One citys action points to 2008

On July 24, the city of New Haven, Conn., will become the first in the country to issue a municipal identification card that can be used by anyone who lives in the city regardless of immigration status. The Elm City Residence Card can be used at city libraries and parks and for other city services, parking meters and banking.

The municipal ID will be beneficial for everyone. Hard-working, tax-paying undocumented immigrants and their families will now have a document. And seniors and young people who do not drive will have a good way to get a photo ID.

The city has chosen to embrace all who live within its borders. This official action of the New Haven Board of Aldermen changes the political climate. It rejects racism and exclusion, and embraces an expansion of democracy and equality. It upholds the mandate of the Declaration of Independence for the right to life, liberty and the pursuit of happiness.

It was a people’s movement that resulted in the ID card. The proposal came from the immigrant organization Unidad Latina en Accion, after the state Legislature denied driver’s licenses to the undocumented. The Board of Aldermen held public hearings on the status of immigrants in the city. Then came the mega-marches that swept the country last year. The labor movement, community organizations, agencies and elected officials joined in as allies.

The Police Department adopted a policy not to question residents about immigration status, so as to develop good working relations and improved public safety.

It was no accident that Homeland Security’s Immigration and Customs Enforcement (ICE) unit conducted a raid in New Haven’s Fair Haven neighborhood, home to many immigrants from Latin America, 36 hours after the ID card was passed.

The Bush administration’s reign of terror on immigrant communities utilizes raids and ideological warfare to create confusion and divisions among the working class and whip up anti-immigrant hysteria.

Far-right Republicans are already setting up immigration to be the divisive wedge issue of the 2008 elections. Their goal is to weaken the broad people’s alliance whose core is labor, African American, Latino and women voters. This winning combination broke the ultra-right stranglehold on Congress in 2006.

The Bush administration is greatly weakened. It lost much in the 2006 elections, and has lost much more since. Sections of Republicans are breaking away under intense pressure of public opinion against the war in Iraq, and in anticipation of 2008.

But we shouldn’t be lulled into a lower gear by the idea that Republicans can’t win in 2008. If the extreme right wing were already dead, we would see the ability to override the president’s vetoes and deliver on the promises of the new Congress.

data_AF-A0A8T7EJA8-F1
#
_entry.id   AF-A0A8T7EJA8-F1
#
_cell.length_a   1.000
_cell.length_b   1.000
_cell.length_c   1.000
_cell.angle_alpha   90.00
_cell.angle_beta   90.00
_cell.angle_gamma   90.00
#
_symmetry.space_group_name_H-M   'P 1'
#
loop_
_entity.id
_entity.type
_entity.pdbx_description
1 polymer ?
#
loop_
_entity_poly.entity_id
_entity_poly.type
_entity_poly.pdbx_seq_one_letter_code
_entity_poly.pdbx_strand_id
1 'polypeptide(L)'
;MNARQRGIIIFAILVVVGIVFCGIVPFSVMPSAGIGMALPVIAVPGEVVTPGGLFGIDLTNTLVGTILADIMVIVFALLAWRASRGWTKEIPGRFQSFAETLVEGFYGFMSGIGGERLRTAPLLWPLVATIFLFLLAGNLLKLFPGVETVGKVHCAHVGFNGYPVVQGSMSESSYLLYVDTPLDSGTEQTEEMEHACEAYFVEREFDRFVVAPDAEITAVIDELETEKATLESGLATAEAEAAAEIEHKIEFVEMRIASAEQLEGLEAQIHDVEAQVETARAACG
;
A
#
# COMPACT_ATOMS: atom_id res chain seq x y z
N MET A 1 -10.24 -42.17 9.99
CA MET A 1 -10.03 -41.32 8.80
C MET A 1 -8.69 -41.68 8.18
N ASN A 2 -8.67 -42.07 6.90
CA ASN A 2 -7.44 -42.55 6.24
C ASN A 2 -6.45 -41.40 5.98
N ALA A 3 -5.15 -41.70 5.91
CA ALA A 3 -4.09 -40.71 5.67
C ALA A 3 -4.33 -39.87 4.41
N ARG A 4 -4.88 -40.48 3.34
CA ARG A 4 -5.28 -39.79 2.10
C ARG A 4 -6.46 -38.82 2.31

The 2008 election is a fight for independence from the domination of the most reactionary section of transnational corporations. It is a fight to expand democratic rights, immigrant rights and workers’ right to organize, to bring the troops home and end the permanent war policy, and to enact universal single-payer health care and a sustainable environmental program.

The alliance against the ultra-right is growing stronger and deeper. But it must grow even further to succeed in 2008. Therefore dealing with immigration and issues of racism and poverty are a must. The attack on immigrant workers is an attack on all workers, and the denial of equal education to African American and Latino children hurts all children.

As California congresswoman and Out of Iraq Caucus chair Maxine Waters put it at the recent Take Back America conference, “With a progressive agenda that includes poverty and racism, a progressive agenda we can fight for, we can take back America. If not, we won’t.”

When ICE raided New Haven in the early morning hours of June 4, the response was immediate. Arrangements for the children left behind, lawyers for those taken, fundraising for bail and plans for a giant unity march were being put into place within hours. The city proclaimed that it would not step back from the ID card.

“The only crime of these immigrants was wanting something better for their families,” said Mayor John DeStefano. “America is better than this. ... We won’t stand for the violation of constitutional rights and racial profiling in New Haven.”

On one week’s notice, over a thousand union and community members and elected officials, native and foreign born, African American, Latino and white, participated in a “March in Unity” through the streets of New Haven to “Stop the Raids Now.”

The campaign for an ID card has been a material force for unity in our city. It strengthens us in the ongoing battles to raise the living standards for all working people. It shows that concrete local initiatives for equality can become a significant factor in 2008.

Joelle Fishman (joelle.fishman @pobox.com) chairs the Communist Party USA Political Action Commission and is also chair of the Connecticut Communist Party. She lives in New Haven, Conn.